Monday, December 31, 2007

What I'll remember (maybe) ...

Posted By on 12.31.07 at 12:01 PM

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Still scrambling to catch up with the year-end releases—out of the reviewers' loop, I pay my own way, just like y'all—so my annual list of "favorite" movies (not "best," since what do I know about that?) will have to wait till later in the week. But favorite individual scenes/motifs from 2007? Now that's almost doable ...

Up a tree. In Noah Baumbach's Margot at the Wedding, Nicole Kidman's character gets stuck in an old red oak overlooking her family's Long Island seaside property. The symbolism's patent, the character's anxiety palpable—yet considerably more emerges from the physical world itself, in the comfortable pulpy textures of the trunk, the spread of the branches, the beckoning oceanic view: equal parts terror and transport, intimacy and infinity, with a radiant blue envelope of sky and water that seems to go on forever. Something like bliss on a crisp fall day, out on the scary subliminal edge of feeling—except you have to go beyond the literal script to find it. Also another peak moment in the foliage: the mist-shrouded finale of Sharon Lockhart's structuralist, meditative Pine Flat. Is there an actual tree in that billowing murk or only the ghost of same? With so much ambiguous hide-and-seek to puzzle over, it's almost impossible to know.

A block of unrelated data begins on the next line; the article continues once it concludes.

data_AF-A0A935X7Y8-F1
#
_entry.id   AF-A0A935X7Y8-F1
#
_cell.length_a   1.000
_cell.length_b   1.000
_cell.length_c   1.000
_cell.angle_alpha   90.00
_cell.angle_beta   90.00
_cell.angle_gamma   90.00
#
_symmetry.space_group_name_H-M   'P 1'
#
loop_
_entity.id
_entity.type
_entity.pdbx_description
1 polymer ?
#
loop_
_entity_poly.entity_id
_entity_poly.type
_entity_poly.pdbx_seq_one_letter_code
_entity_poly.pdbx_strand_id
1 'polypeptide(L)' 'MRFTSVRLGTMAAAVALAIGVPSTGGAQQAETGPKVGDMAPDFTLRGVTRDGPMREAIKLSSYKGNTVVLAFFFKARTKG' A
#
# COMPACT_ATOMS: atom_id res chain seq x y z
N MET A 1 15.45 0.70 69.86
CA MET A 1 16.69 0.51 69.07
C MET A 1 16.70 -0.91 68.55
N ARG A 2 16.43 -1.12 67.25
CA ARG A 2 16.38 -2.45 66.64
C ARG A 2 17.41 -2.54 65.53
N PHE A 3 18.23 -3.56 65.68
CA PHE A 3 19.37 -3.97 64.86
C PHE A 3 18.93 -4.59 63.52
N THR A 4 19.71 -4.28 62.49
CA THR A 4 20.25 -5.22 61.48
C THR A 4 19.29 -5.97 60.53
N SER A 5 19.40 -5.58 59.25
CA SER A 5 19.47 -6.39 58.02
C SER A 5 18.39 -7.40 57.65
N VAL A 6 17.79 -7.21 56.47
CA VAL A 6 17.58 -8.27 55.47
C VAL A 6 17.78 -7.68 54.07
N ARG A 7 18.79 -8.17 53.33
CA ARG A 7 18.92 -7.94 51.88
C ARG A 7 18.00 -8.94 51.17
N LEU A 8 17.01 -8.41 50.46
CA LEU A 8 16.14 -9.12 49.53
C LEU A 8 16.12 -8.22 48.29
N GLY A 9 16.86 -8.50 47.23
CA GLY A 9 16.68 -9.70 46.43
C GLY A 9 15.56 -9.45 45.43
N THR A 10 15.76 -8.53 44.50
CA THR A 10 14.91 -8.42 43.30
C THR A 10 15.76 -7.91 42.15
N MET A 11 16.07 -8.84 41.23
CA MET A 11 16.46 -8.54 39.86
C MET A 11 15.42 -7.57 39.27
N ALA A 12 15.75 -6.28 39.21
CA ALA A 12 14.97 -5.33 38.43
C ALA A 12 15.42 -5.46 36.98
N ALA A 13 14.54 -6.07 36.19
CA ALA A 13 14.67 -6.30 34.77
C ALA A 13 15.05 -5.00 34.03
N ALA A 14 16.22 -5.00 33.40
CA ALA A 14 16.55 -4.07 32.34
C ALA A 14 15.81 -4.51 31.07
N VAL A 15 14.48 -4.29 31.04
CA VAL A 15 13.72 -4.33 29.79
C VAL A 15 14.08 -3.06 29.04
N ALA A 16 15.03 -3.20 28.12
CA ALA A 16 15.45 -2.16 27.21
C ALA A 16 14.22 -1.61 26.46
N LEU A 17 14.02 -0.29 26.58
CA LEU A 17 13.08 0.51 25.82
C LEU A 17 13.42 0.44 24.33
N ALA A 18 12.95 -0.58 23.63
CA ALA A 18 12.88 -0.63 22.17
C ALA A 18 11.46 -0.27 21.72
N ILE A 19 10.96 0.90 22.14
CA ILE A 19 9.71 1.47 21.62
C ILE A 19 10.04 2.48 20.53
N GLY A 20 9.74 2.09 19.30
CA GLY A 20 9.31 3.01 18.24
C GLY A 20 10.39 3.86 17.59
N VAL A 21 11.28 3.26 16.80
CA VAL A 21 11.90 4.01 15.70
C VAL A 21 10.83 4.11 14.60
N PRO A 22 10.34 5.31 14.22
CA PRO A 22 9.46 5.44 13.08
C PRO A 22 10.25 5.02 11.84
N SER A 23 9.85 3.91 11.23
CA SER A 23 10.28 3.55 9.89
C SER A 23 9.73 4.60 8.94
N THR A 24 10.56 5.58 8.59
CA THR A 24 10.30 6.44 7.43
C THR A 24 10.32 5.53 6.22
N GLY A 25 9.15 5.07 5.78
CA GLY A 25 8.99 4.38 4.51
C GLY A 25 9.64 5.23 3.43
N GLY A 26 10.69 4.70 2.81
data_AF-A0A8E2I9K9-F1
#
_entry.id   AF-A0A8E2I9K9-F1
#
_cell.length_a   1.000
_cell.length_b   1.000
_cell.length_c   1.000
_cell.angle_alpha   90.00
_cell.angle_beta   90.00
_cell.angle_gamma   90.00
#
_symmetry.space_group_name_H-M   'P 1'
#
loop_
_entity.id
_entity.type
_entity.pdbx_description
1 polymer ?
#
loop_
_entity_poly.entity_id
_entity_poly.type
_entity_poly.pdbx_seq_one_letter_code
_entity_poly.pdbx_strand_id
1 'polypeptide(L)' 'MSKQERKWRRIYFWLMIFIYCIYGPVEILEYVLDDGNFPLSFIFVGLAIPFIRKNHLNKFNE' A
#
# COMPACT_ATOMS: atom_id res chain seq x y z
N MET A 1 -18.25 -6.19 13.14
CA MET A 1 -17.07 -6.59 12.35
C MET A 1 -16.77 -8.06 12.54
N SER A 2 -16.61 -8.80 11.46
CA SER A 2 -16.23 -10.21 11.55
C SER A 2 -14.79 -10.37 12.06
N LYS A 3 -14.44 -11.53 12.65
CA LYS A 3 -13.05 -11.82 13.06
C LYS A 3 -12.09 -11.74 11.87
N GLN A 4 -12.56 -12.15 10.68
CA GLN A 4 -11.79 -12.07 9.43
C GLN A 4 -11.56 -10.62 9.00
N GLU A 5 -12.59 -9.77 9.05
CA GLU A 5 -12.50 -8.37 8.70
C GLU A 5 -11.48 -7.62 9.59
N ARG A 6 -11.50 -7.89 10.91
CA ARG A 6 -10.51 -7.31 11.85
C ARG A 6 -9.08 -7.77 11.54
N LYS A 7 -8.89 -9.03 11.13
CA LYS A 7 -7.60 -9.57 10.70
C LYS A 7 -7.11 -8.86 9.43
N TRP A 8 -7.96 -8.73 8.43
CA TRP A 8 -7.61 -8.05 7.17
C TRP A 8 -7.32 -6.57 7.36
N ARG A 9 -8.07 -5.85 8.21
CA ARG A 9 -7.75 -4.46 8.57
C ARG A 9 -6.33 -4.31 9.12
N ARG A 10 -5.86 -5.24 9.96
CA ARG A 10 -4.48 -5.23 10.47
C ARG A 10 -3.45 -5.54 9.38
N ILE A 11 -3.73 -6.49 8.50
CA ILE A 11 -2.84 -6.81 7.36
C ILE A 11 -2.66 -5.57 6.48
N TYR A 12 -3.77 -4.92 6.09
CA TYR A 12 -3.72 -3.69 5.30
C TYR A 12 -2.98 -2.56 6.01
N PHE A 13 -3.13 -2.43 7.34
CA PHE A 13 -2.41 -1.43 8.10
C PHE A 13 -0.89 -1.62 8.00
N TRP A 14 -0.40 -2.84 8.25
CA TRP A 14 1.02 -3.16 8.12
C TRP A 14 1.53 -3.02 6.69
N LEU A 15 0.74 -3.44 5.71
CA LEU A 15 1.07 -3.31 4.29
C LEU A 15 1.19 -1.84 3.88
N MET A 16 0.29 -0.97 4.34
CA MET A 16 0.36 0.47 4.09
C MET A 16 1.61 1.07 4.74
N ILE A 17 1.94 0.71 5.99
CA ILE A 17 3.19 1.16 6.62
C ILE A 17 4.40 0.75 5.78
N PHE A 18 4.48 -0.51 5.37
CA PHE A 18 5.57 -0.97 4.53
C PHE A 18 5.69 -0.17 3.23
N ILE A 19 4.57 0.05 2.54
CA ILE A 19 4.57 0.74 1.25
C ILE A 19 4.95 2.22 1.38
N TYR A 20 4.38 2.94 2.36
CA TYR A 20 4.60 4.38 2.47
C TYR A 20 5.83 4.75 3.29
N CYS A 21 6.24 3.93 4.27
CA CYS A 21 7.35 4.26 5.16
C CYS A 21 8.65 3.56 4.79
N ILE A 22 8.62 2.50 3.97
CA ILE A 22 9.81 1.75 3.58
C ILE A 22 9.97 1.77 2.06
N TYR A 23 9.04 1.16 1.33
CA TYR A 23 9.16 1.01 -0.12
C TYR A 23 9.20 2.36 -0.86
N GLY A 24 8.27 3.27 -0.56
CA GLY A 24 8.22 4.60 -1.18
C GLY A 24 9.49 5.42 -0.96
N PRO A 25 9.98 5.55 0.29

Passages to India. Benoit Jacquot's The Untouchable has been slagged for its allegedly too touristy, pittoresque scenes of subcontinental misery, and while there's obviously a point to rooting out cultural tin ears, in this case it seems almost completely misplaced. Why shouldn't The Untouchable be touristy? It's offering you a tourist's point of view, in the person of Isild Le Besco's Jeanne, as overawed as she is lost in the "exotic" Bengali undertow, the effects of raw immersion in a putatively "alien" world. I can't think of another film that captures the giddy push-pull of this so seductively, the conflicted urge to plunge ahead without a map, everything simultaneously disorienting and new. That Jacquot shoots it all with incidental "natives" staring into the camera simply adds to the strange confusion, the insinuating sense that our heroine's being constantly observed. For a while she seems even to attract her own stalker: same anonymous orange shirt bobbing in and out of frame; that this small ripple of tension ultimately dissipates doesn't negate the selective paranoia it induces. Runner-up along the Ganges: Mohsen Makhmalbaf's Scream of the Ants—more accusations of tourism, but to me it's an entropic descent, like a full cultural meltdown. Best not go there, just stay wherever you are ...

Trouble in the casbah. Don't you just love the way Julia Stiles's hair swings in one direction as the rest of her goes another during the big "woman in distress" chase sequence in The Bourne Ultimatum? Almost anonymous as she ping-pongs down assorted Tunisian alleyways and corridors, except every so often she'll turn to face the camera full—just so you know it's her, I guess. Almost pure formal abstraction in a film that would rather do away with actors and characters altogether—as well as, arguably, the most interesting thing about it.

Obviously there's more but unfortunately I haven't the time ... so why not fill in the blanks with some examples of your own? 

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